Howie Kendrick (2B, Washington Nationals)
What’s better than players with two first names? One with three: Howie Ken and Drick. Or just Rick. He must be Howie Kendrick Lamar because he’s dropping hot fire, with a .533/.600/1.133 line with two homers. Sure, it’s probably a fluke, as he’s only had a wee 20 plate appearances, he’s 35 and that’s not exactly when you expect breakouts to happen. But it’s hard to argue with the metrics with an exit velocity jump from his usual 90 mph to 96 mph(!) leading to an xBA of .515 and xSLG of 1.161. Even as those unreal numbers regress, he now has done enough to earn regular at-bats at the keystone over Brian Dozier, and he’s a cheap gamble in 15-team leagues and streamable in 12-time while he’s launching like a Howietzer.
Melky Cabrera (OF, Pittsburgh Pirates)
The Melkman has not gone bad but rather turned into a delicious cheese. He was left for dead even in deep leagues, but he’s surprised with a shocking line of .390/.405/.537 with a home run and a stolen base in 42 plate appearances. It’s easy to assume he’ll regress to his typical fourth-outfielder production even for Pittsburgh, but I think The Cheese is the best character on this show, as his exit velocity, which has remained stable at 88-90 mph, has jumped to 93.6 mph, with an xBA of .315. Add in that hard contact with a career-low 9.5% strikeout rate, and I think he’s an underrated deep-league play and must-own in all 18-team and most 15-team average formats, though you can pass in OBP because he’s not walking. So go get your outfield to join the Melks Lodge.
Neil Walker (1B/2B/3B, Miami Marlins)
He had been a fantasy pauper, but now you must Neil before him. A failed sleeper last year on the Yankees pressure cooker, he has succeeded under the radar in Miami’s fish fry, hitting .231 with three home runs and a stolen base in 57 plate appearances. Nothing about his numbers will blow you away, but he’s crushing more than you’d expect, with an elite barrel rate of 13.2% backed by a career-best exit velocity of 91 mph, with an xBA of .287 with an xSLG of .568. With combined first base, second base, and third base versatility, he can be a solid power sleeper who’s looked over in many deeper leagues, and I’d add in all 18-team leagues and a solid bench bat in 15-team formats.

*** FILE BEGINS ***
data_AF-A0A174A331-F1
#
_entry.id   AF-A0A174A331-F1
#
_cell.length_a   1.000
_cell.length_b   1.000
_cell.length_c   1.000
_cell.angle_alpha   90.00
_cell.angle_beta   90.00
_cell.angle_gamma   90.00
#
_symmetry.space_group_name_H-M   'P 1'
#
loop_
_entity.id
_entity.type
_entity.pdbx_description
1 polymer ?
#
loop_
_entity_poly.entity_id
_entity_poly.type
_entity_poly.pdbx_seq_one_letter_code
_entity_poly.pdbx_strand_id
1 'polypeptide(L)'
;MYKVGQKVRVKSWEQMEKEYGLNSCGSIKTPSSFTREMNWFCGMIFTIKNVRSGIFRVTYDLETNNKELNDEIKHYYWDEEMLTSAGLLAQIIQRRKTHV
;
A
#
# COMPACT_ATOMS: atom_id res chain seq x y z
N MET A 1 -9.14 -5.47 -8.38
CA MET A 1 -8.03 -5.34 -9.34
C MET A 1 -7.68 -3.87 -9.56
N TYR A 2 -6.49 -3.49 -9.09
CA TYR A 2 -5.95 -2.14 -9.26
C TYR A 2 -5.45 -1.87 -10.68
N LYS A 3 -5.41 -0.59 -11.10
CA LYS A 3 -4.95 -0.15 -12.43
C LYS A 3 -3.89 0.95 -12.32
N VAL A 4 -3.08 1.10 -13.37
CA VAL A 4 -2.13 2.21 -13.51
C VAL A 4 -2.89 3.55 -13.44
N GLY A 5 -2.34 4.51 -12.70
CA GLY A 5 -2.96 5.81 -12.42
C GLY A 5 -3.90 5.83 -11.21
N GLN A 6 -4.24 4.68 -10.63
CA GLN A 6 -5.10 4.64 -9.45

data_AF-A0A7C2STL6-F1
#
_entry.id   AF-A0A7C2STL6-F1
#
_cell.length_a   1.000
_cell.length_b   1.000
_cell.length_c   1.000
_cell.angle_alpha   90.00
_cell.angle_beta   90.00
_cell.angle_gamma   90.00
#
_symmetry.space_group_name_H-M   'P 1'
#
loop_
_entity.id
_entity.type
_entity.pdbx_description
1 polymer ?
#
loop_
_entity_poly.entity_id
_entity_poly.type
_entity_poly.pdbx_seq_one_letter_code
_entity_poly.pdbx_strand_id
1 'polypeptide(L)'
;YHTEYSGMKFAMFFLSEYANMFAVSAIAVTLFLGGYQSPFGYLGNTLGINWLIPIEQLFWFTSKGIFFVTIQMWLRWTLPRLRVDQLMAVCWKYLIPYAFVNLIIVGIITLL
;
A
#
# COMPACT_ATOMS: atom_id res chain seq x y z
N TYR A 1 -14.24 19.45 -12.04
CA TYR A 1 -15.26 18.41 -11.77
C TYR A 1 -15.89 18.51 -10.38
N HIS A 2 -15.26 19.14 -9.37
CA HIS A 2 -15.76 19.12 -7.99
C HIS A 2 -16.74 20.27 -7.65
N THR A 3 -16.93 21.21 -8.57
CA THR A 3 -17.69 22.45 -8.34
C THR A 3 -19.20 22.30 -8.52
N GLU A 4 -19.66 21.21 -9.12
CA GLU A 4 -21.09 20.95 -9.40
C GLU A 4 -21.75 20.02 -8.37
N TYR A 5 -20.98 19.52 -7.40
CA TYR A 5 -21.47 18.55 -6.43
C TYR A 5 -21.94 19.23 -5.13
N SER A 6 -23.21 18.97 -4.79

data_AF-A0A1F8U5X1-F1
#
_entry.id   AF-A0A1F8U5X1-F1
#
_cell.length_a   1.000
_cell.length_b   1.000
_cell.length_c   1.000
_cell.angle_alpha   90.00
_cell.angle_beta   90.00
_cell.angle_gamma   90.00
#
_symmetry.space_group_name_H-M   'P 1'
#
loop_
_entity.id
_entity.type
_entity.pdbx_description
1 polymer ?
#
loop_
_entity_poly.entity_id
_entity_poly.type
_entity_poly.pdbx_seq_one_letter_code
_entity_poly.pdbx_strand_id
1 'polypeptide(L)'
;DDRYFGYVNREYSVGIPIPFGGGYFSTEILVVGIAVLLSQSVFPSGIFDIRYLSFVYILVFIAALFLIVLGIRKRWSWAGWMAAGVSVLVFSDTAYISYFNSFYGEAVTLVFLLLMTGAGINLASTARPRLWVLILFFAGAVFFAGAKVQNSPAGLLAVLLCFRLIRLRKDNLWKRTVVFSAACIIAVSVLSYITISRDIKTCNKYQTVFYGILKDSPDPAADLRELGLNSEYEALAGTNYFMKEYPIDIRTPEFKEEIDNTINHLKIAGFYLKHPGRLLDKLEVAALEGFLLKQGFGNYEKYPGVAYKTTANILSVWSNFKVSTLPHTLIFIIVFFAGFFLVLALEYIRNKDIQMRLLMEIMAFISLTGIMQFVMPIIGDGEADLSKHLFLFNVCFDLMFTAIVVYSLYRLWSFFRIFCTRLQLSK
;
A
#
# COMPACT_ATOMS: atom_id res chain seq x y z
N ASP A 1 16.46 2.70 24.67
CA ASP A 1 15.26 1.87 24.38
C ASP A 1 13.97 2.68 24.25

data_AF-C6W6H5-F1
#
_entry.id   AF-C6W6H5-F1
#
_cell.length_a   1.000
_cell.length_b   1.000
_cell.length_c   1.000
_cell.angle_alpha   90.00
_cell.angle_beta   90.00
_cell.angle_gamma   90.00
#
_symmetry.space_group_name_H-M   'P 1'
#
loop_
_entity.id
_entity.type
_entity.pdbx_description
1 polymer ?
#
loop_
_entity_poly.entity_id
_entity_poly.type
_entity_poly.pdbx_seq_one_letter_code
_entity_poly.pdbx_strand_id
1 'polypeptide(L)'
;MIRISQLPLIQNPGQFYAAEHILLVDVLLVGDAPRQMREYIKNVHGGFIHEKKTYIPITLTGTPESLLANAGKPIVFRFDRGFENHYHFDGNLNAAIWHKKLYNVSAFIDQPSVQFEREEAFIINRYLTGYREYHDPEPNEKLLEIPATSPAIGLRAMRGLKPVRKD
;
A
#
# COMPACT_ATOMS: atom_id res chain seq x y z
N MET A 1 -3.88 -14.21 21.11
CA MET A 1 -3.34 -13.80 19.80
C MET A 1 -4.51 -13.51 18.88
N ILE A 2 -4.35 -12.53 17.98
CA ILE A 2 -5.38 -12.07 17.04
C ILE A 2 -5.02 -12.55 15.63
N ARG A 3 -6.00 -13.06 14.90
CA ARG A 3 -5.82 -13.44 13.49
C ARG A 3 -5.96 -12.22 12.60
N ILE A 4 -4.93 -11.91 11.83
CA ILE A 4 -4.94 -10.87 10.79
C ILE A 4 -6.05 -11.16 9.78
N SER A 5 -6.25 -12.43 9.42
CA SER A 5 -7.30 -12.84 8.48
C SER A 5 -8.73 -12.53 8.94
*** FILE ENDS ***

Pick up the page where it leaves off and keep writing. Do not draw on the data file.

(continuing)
Kolten Wong (2B, St. Louis Cardinals)
A lot of us took the bait that Kolten was suddenly a slugger, but it turns out we were Wong. Sure, he still has a mighty pretty season line of .280/.403/.600 with four home runs and four stolen bases, but most of that was a first week fluke, and in shallow leagues, the party’s over. His 84 mph exit velocity is actually a career-worst, and his xBA of .265 and xSLG of .445 tell you what to expect moving forward at best. I’d still hold in deeper leagues, especially ones that use OBP, as he should still get some more playing time and be a solid accumulator, but it’s time to cut him in 10-team an 12-team average formats and 15-teamers in which hotter tickets such as Kendrick are available.
Brian Dozier (2B, Washington Nationals)
When one Dozier rises, another Dozier falls. There was some hope that last year’s awful struggles were because of a lingering injury, but that wouldn’t explain why he’s dozing off at the plate. He’s been replaced by the supernova-hot Kendrick, and the reality is Dozier was always on the cusp of major league irrelevance with an ideal 18% launch angle making up for mediocre exit velocity, but now, that launch angle is down to 5. To boot, his discipline has gone out to pasture, with career-worst strikeout rate of 26% and walk rate of 4%. It’s still early, but he’s not just a Bad Luck Brian according to his xBA of .185 and xSLG of .319. Cut in 15-team formats, and I’d cut him immediately for Fletcher. Now that’s something that’d make a-month-ago-me do a cartoon double take.
Jose Peraza (2B/SS, Cincinatti Reds)
I think we’ve reached the point where it’s OK to Perazz him. He was entering the year a sleeper as a poor man’s Segura, but this is the knockoff version that broke as soon as it was unwrapped. The biggest reason is a collapse in his historically good strikeout rate, with a strikeout of 29% that is only acceptable for a slugger. That helps explain why his metrics support the struggles with an xBA of .202 and disgusting xSLG of .258. He’s also at the bottom of the lineup, and he’s now an easy candidate to get the boot when top prospect Nick Senzel is ready. Cut in 12-team and 15-team, but I’d cut him in most 18-team leagues too, especially OBP formats.
Tyler White (1B/3B, Houston Astros)
Where to begin? He cost a pretty draft day penny, but he’s striking out more, hitting everything into the ground, exit velocity is down some too. His xSLG of .266 is just gross. But also, he’s not playing and on a team where it’s really quite easy to get blocked. He’s only eligible in most leagues at first base and third base positions where there have been tons of breakout hitters, and he’s been passed by nearly everyone. In all but the deepest AL-only formats, it’s time to correct this roster mistake and get White out.
(Photo by Dan Sanger/Icon Sportswire)